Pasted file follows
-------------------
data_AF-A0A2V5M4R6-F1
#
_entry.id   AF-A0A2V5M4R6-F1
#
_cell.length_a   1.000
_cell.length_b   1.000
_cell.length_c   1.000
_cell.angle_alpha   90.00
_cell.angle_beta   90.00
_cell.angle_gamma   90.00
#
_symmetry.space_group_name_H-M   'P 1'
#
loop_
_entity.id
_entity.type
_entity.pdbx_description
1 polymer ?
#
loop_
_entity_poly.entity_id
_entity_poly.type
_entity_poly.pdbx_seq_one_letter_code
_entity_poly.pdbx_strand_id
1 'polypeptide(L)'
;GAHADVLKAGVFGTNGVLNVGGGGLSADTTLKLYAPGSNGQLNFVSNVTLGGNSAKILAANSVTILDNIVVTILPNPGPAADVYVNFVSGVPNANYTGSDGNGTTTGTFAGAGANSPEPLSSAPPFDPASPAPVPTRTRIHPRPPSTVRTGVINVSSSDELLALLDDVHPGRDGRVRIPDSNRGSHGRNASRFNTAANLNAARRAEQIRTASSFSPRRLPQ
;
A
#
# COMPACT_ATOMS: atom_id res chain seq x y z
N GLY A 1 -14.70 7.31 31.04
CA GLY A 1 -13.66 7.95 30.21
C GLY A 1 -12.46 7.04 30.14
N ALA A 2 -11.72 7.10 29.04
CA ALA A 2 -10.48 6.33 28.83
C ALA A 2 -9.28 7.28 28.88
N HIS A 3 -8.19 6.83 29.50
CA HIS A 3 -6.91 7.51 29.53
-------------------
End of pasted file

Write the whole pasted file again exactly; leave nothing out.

data_AF-A0A2V5M4R6-F1
#
_entry.id   AF-A0A2V5M4R6-F1
#
_cell.length_a   1.000
_cell.length_b   1.000
_cell.length_c   1.000
_cell.angle_alpha   90.00
_cell.angle_beta   90.00
_cell.angle_gamma   90.00
#
_symmetry.space_group_name_H-M   'P 1'
#
loop_
_entity.id
_entity.type
_entity.pdbx_description
1 polymer ?
#
loop_
_entity_poly.entity_id
_entity_poly.type
_entity_poly.pdbx_seq_one_letter_code
_entity_poly.pdbx_strand_id
1 'polypeptide(L)'
;GAHADVLKAGVFGTNGVLNVGGGGLSADTTLKLYAPGSNGQLNFVSNVTLGGNSAKILAANSVTILDNIVVTILPNPGPAADVYVNFVSGVPNANYTGSDGNGTTTGTFAGAGANSPEPLSSAPPFDPASPAPVPTRTRIHPRPPSTVRTGVINVSSSDELLALLDDVHPGRDGRVRIPDSNRGSHGRNASRFNTAANLNAARRAEQIRTASSFSPRRLPQ
;
A
#
# COMPACT_ATOMS: atom_id res chain seq x y z
N GLY A 1 -14.70 7.31 31.04
CA GLY A 1 -13.66 7.95 30.21
C GLY A 1 -12.46 7.04 30.14
N ALA A 2 -11.72 7.10 29.04
CA ALA A 2 -10.48 6.33 28.83
C ALA A 2 -9.28 7.28 28.88
N HIS A 3 -8.19 6.83 29.50
CA HIS A 3 -6.91 7.51 29.53